Talking to my mum as an adult, she said that she and my dad discussed that I might be gay when I was four years old (so well before I knew myself). I never encountered any deliberate attempt by them to stop me being gay: I was very young when toys I liked started to include “girl” toys: Polly Pocket, My Little Pony, Sylvanian Families, Barbie dolls. My parents allowed me to play with this toys, and I did play with these alongside more “boy” toys like train sets and model buildings.

I was allowed to indulge my feminine side then (without associating it with sexuality). But I didn’t have any real awareness of gay people. Relationships were presented to me (in the fairytales I loved, as much as in the Bible, and within the church social network we were in) as heterosexual. These relationships involved marriage and children.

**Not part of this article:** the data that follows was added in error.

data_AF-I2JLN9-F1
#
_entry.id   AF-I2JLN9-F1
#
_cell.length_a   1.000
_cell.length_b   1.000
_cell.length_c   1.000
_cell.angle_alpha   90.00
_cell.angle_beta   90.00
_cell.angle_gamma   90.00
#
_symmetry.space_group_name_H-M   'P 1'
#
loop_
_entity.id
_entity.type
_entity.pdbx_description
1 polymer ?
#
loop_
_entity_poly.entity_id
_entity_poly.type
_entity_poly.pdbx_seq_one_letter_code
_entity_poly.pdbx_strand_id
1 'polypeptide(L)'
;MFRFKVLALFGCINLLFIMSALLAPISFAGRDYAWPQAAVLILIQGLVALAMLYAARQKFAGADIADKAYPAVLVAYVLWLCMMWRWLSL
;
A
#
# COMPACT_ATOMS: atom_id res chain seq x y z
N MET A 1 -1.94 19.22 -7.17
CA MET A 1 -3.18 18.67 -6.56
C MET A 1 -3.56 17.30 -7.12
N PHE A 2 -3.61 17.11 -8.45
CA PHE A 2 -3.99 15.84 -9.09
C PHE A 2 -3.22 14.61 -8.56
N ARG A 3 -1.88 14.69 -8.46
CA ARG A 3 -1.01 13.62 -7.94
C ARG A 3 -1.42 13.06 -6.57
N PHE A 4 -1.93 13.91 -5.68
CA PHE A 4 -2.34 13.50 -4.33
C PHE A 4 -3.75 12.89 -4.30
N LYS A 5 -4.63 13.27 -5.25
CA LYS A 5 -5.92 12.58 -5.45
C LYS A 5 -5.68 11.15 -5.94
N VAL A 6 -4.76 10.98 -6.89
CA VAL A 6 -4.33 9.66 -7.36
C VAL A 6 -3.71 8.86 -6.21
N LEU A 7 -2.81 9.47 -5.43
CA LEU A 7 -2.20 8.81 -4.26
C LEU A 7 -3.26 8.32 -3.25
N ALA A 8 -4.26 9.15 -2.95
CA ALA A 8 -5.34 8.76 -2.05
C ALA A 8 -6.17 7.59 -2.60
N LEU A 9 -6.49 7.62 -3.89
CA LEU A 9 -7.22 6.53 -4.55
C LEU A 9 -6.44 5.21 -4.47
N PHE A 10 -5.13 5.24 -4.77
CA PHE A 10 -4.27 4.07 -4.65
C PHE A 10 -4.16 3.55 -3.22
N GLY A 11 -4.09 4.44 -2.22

When I was five we moved across country for my dad’s first job in the church (curate, which is like an entry-level job for a priest). We were now much more intensely involved in the church community, and I went to a posh Christian school, involving lots of prayers and services. People in the church community might come to my dad (or my mum) for help or support. I have the really vaguest notion that this might have included someone struggling with their sexuality. A feeling of being very loved and safe inside my church family. I absolutely felt like I could be myself – but I was also fully absorbing Christian ideas about sin, and the importance of being a good person.